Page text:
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500MW from half a gram of hydrogen: The hunt for fusion power heats up

 You’ve heard of the Manhattan Project — the Allied research and development program that resulted in two nuclear bombs being dropped on Japan and the end of World War II — and now it’s time to learn about one of its successors, Project Matterhorn, a Cold War program to control and harness thermonuclear reactions to create fusion power.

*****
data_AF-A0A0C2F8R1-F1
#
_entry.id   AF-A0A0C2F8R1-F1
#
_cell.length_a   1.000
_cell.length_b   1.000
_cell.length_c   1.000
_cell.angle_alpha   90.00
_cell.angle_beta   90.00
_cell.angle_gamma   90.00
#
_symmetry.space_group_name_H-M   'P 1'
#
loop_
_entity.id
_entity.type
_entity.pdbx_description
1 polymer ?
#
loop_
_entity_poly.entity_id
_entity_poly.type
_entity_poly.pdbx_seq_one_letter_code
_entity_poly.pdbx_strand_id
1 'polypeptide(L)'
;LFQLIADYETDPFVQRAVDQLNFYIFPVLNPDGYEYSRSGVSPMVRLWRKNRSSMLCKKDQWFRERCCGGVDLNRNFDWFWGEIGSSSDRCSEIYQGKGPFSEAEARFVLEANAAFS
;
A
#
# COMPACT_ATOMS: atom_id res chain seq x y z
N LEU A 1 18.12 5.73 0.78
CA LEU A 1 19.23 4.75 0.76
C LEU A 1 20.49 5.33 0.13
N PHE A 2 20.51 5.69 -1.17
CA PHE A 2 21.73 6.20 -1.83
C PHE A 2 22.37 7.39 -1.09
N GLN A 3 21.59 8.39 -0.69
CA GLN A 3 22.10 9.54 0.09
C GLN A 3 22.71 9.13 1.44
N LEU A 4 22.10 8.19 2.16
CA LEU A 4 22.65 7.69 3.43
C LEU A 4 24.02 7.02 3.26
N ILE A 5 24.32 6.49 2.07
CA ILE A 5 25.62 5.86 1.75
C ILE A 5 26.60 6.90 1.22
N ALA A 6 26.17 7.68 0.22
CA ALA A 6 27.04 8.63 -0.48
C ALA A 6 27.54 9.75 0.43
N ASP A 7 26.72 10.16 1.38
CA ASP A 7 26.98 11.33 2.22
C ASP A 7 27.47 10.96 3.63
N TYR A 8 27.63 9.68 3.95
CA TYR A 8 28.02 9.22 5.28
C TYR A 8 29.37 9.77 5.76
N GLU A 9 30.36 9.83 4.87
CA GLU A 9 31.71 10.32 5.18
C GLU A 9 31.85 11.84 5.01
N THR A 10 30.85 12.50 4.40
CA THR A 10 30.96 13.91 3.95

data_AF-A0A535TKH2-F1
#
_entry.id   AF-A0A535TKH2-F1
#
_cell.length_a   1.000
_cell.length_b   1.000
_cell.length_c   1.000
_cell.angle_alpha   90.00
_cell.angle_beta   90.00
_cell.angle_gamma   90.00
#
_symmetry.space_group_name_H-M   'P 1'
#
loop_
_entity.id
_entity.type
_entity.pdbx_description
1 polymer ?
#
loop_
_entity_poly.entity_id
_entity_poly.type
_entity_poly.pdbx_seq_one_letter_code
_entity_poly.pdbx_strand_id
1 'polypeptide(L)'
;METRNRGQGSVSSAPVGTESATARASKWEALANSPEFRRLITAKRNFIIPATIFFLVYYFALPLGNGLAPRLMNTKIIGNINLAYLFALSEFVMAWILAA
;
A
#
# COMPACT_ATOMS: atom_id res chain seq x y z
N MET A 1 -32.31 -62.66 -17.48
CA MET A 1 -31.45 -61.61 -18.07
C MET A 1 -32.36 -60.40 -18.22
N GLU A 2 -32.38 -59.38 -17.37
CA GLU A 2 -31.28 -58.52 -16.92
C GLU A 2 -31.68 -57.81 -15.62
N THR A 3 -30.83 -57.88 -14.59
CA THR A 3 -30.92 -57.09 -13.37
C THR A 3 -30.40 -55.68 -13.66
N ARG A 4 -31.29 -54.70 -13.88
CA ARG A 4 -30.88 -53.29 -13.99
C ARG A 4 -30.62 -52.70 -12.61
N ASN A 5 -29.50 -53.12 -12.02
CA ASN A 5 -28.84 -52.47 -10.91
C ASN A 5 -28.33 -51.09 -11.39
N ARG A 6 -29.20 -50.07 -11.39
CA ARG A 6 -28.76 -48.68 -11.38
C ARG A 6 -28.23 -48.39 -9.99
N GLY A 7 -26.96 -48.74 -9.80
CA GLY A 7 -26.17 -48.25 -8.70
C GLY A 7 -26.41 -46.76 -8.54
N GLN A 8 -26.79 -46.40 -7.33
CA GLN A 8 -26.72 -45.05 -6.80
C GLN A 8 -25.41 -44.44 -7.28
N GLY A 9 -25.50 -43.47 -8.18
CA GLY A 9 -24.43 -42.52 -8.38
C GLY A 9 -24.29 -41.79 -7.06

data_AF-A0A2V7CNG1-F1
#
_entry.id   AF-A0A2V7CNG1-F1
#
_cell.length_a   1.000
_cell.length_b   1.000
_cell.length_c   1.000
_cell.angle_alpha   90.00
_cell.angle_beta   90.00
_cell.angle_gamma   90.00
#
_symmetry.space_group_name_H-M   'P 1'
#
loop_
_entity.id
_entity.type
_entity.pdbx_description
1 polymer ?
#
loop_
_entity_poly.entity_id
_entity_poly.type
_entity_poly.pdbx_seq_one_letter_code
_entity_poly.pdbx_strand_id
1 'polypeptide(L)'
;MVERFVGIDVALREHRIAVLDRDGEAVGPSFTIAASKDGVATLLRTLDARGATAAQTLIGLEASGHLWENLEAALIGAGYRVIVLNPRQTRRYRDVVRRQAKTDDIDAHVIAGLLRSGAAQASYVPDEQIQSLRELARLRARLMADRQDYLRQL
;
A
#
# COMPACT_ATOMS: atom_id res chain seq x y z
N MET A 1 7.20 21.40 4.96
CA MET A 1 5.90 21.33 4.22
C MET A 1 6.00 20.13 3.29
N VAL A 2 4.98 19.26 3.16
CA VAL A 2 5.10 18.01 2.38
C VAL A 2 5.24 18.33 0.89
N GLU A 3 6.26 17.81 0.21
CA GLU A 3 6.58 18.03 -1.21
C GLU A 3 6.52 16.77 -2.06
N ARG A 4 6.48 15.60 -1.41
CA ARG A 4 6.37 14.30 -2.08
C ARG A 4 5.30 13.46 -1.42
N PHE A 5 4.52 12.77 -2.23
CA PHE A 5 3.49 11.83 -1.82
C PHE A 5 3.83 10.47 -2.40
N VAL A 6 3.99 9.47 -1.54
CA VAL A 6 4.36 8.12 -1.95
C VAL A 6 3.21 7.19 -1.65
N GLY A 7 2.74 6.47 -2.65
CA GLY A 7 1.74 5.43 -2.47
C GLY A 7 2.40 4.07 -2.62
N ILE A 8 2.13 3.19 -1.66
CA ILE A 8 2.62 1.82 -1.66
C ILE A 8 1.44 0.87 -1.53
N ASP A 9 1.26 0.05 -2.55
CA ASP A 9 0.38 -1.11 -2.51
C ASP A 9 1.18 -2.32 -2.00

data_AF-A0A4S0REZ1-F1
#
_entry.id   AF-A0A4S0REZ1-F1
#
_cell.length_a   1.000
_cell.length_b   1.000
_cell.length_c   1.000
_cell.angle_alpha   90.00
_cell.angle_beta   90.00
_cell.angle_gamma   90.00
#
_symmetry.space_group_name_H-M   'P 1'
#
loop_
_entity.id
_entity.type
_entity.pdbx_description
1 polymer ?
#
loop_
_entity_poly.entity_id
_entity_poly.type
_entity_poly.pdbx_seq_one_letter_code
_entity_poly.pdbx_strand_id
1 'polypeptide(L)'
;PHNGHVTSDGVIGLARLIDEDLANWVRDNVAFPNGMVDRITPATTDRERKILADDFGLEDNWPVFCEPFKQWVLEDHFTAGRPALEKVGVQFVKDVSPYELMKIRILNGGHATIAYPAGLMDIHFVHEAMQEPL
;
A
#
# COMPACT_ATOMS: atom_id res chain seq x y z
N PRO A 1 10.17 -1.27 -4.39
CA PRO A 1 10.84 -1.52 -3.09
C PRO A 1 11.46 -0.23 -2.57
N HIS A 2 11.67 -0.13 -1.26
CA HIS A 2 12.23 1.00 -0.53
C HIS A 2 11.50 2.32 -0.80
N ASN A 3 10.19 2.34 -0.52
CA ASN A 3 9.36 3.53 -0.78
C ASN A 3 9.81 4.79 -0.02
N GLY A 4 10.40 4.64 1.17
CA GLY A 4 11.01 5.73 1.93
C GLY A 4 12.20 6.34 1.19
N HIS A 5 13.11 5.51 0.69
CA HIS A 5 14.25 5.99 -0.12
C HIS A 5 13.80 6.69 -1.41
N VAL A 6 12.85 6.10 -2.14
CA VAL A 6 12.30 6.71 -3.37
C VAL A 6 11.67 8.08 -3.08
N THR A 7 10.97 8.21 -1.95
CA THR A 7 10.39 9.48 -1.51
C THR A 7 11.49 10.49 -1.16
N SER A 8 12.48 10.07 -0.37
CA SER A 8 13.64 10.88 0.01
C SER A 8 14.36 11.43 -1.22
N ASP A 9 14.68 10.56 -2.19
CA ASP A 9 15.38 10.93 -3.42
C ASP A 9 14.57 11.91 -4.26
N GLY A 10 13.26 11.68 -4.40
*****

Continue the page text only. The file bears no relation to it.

Nuclear fusion occurs when two atoms fuse together (usually hydrogen) to form a heavier atom (helium), and releasing a vast amount of energy in the process. This process can only occur at incredibly high temperatures, such as the center of a star (such as our Sun). Every second, the Sun fuses 500 million tons of hydrogen into helium, releasing about 5 million tons of gamma rays that eventually heat and illuminate Earth. For a long time (Project Matterhorn started in 1951), nuclear fusion has been considered a very desirable power source because the fuel is virtually free, and the process releases vast amounts of energy and no pollutants.

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